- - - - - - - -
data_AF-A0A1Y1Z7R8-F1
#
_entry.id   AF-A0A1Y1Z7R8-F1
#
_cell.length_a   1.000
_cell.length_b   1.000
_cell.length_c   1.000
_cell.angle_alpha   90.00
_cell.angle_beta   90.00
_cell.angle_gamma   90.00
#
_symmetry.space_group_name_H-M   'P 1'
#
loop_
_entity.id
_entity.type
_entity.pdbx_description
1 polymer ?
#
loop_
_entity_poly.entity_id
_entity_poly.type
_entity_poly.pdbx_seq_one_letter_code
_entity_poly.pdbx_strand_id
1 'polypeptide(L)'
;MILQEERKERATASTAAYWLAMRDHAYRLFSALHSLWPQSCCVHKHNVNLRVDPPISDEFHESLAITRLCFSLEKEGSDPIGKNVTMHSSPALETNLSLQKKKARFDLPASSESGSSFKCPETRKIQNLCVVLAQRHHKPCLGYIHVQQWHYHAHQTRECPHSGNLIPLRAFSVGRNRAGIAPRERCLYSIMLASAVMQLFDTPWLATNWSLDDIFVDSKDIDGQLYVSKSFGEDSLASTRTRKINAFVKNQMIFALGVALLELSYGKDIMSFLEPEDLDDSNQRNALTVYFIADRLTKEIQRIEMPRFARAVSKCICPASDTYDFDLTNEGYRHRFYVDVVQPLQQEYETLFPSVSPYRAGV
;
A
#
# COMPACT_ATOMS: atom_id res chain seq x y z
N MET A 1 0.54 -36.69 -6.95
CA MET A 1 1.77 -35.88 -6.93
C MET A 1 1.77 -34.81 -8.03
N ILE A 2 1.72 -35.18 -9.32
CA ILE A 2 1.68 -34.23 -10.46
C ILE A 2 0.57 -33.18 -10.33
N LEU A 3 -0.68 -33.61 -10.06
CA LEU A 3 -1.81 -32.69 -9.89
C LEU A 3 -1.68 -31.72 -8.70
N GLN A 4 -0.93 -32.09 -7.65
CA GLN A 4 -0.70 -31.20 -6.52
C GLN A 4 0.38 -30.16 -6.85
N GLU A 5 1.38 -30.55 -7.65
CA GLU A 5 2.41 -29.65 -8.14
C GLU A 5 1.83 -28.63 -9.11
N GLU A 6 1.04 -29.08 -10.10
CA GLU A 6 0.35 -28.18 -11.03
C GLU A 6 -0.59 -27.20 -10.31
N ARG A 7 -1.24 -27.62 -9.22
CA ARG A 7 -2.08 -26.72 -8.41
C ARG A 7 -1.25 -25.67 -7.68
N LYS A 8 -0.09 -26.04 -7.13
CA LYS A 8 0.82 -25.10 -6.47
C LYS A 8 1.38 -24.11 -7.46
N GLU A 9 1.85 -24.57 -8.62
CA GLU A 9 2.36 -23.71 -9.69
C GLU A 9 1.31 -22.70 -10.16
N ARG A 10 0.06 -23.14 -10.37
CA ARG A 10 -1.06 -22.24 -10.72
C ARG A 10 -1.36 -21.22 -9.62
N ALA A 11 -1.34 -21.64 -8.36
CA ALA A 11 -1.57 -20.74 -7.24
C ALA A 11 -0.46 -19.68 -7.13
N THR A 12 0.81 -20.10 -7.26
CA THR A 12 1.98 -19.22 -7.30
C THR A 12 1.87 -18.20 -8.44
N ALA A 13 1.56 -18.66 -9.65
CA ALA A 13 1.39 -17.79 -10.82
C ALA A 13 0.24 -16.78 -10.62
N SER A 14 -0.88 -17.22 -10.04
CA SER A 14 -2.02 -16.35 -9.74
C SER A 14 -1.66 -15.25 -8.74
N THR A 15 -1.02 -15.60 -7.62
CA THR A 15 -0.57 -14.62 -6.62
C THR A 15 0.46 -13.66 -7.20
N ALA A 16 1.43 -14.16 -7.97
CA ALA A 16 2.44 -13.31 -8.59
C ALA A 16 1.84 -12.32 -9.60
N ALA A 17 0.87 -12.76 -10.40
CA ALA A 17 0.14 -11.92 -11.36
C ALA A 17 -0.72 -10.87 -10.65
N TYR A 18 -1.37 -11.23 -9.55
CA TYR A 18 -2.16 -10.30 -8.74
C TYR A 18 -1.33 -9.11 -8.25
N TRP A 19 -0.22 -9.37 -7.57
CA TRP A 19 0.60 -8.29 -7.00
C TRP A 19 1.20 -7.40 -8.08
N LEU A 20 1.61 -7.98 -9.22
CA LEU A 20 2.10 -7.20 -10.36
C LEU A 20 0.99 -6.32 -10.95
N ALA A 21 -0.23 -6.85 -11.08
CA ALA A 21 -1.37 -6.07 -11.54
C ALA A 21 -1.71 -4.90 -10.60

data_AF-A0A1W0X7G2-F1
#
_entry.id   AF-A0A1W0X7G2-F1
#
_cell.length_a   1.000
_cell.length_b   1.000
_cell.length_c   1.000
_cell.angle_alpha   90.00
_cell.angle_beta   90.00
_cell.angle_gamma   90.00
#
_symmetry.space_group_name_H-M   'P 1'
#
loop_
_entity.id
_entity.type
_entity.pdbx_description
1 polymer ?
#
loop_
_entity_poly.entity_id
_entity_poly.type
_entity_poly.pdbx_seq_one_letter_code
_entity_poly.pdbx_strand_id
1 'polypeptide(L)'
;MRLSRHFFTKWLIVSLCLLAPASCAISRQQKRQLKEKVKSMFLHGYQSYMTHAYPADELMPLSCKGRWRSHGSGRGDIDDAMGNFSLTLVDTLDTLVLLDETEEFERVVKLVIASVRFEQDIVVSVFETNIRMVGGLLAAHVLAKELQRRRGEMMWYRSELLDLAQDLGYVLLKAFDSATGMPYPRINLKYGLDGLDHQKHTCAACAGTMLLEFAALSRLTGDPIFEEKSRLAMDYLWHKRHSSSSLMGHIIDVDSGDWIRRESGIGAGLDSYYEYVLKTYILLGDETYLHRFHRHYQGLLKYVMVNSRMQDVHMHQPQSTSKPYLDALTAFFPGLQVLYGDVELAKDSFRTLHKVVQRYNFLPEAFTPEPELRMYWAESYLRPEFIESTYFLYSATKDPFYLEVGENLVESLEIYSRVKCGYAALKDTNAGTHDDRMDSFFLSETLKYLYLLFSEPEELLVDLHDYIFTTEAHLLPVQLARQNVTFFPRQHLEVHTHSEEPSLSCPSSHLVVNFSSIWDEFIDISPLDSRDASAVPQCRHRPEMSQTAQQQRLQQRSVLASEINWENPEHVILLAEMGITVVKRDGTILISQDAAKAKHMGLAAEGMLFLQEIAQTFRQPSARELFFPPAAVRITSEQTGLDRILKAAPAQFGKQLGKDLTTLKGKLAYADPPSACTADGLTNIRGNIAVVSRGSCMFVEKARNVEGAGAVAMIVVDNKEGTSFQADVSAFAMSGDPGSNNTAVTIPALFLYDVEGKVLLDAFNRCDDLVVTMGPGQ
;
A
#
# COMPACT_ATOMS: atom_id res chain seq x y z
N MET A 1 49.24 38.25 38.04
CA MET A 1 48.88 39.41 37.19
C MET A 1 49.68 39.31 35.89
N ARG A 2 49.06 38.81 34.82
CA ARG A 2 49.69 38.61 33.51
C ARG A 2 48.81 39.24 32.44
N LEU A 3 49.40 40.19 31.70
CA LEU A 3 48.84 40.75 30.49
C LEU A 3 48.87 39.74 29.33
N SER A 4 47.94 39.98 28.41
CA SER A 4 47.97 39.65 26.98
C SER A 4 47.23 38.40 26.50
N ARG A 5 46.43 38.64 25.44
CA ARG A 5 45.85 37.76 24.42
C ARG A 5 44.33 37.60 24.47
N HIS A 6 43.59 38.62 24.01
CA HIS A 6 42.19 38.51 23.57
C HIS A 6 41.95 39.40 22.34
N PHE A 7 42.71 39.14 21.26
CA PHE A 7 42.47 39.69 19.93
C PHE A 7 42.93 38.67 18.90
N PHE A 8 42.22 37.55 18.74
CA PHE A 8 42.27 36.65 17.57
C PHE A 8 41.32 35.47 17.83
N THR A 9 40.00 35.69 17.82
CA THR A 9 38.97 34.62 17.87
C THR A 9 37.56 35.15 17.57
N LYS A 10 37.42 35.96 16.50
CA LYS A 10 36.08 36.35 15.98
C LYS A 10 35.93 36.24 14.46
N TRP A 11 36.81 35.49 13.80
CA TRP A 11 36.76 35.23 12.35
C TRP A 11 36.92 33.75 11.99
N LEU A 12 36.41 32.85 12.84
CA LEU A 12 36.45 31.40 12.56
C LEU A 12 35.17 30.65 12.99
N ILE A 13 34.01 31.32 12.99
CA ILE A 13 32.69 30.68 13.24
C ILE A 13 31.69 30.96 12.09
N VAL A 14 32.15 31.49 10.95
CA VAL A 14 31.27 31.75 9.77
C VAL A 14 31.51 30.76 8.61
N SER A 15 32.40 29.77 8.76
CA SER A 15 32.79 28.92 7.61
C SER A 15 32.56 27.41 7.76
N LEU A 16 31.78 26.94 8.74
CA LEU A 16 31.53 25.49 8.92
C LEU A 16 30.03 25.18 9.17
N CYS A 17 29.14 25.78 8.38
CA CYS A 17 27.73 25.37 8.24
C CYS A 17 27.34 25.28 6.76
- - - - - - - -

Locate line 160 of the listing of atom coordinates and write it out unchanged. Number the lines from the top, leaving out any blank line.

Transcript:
N ILE A 13 34.01 31.32 12.99